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Old December 4th, 2012, 06:22 PM   #415
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Originally Posted by BrowniesRule View Post
I didn't know you wholeheartedly agreed to laketahoejwb's ideas, but I guess that explains a lot of things as to how you explain the Crusades with your 21st century scope. But in the end you're always going to be right about everything because ''facts are facts'' as you say.




In your mind the Crusades have no true purposes because you don't see one with the first look you cast upon them. That's probably why you refuse to see that there were other events going on in the same time period that were as violent, as ressource-draining, and as deadly as a bunch of pilgrims making their way through Jerusalem. Moving on.




At least you've admitted it, ''according to modern standards'', the Crusades are a waste. Now if you really wander about the meaning of things, the next step should be to look at what Crusades meant for those who lived it. But I doubt you're ever going to get that far.




Tough luck big boy, no books deals specifically with the Crusades, most are written before the 1950's, and you (or them books) forgot to put that number on a comparative scale with the rest of Europe. If those numbers help you sleep better at night than it's all good. In a sense i'm glad in the end you prove my last post's point so clearly.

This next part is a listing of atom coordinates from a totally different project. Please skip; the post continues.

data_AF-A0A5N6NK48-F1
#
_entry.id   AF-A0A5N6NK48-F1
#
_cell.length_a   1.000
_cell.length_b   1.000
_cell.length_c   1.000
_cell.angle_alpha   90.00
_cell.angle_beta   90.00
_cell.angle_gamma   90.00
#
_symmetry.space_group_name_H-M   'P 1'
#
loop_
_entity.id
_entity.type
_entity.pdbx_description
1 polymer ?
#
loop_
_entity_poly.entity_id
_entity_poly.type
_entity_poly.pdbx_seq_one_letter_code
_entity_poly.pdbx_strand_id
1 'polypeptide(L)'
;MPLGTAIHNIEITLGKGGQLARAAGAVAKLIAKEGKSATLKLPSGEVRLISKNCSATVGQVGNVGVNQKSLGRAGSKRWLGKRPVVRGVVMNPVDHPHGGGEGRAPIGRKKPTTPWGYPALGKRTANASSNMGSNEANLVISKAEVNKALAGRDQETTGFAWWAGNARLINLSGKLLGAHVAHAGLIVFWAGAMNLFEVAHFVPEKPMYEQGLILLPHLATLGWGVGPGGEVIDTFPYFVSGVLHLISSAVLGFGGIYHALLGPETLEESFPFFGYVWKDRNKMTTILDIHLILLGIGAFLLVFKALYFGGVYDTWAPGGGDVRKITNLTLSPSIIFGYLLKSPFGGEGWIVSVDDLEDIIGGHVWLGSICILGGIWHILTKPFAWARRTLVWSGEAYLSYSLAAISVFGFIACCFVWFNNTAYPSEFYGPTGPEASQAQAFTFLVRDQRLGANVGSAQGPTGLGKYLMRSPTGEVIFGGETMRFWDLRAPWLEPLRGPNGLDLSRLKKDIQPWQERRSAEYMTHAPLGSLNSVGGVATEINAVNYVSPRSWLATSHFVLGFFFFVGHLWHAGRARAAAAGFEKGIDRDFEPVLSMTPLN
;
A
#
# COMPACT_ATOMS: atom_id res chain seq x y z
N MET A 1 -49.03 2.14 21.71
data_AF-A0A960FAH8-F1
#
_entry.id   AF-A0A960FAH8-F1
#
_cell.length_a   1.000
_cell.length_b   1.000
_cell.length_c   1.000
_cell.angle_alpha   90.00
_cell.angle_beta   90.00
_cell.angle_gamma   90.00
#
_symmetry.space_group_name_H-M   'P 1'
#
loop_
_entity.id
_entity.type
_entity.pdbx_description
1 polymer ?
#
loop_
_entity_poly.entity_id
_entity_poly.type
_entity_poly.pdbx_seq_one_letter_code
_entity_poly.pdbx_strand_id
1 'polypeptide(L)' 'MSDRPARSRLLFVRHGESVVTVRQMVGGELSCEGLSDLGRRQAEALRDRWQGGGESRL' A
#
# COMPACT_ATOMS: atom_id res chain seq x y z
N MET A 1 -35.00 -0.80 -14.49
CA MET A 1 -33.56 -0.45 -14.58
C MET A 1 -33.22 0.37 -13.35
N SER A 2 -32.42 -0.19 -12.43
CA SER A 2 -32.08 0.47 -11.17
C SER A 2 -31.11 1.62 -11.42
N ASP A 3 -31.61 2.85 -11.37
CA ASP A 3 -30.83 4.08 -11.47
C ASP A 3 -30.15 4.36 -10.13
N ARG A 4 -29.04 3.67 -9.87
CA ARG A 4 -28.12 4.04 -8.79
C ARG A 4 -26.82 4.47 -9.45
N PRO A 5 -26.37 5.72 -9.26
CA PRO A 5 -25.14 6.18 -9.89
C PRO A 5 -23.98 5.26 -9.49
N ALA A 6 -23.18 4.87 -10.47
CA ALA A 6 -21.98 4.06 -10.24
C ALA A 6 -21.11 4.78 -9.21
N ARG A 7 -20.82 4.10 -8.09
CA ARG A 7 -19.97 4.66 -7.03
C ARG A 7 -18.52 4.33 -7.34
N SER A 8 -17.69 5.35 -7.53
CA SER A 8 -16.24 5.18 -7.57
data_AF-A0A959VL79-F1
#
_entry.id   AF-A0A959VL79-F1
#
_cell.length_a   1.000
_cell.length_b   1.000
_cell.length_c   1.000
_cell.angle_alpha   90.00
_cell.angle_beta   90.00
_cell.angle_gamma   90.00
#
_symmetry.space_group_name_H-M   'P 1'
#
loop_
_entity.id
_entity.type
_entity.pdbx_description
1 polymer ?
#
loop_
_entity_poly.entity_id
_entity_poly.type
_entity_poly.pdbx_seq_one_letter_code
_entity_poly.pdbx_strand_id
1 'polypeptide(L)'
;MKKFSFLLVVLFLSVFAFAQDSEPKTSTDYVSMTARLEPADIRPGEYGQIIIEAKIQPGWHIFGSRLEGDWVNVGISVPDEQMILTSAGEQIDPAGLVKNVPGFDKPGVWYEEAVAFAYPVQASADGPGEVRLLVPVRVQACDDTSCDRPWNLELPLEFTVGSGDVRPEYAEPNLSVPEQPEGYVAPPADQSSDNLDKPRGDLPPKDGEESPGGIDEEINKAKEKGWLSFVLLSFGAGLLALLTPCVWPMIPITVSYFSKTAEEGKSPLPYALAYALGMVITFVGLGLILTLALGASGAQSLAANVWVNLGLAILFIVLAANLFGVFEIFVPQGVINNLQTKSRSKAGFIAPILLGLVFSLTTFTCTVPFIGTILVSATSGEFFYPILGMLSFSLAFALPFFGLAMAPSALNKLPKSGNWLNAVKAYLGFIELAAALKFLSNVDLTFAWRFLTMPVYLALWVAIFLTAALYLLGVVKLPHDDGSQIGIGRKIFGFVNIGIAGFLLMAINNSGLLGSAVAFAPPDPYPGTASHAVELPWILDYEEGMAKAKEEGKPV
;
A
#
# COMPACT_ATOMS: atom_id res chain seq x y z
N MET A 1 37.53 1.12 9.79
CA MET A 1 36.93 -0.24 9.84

"Sleep at night"??? Wow; just unbiased academic focus, huh?

Don't know and couldn't care less why are you so obsessively desperate on gratuitously distorting the crystal clear facts.

Facts are facts, and the Crusades were a colossal waste of lives and resources for the fanatic penance of the sins by Holy War, by the standards of any century.
Period.

Truly sorry that you can't do nothing to modify History.
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Old December 5th, 2012, 01:23 PM   #416
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Alright sylla1, here's the deal. Since I'm obviously not going to convince you (nor will anyone else) and that you're not going to convince me, I have to ask about your background, since it's the only thing that will solve this case.

Are you religious?
Where did you study?
How old are you?
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Old December 7th, 2012, 06:30 PM   #417

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It is my understanding that the crusades were simply the manifestation of the societal expansion of Latin Christendom. Would none of you agree that, prior to the first crusade, europe west of Constantinople was in a state of cultural expansion? As we all know, the vikings and magyars were at the time both being brought into the cultural sphere of the christian "Europe".

Is there a corolation between the epansion of Latin Europe and the contraction of Orthodox Europe? Perhaps events further east in Iran invloving the Islamic practice of Turkifying the military caste, and the political break-up of the islamic world have something to do with it.

My argument is thus: Enormous civilizational movements like the Crusades can never be watered down to a paragraph.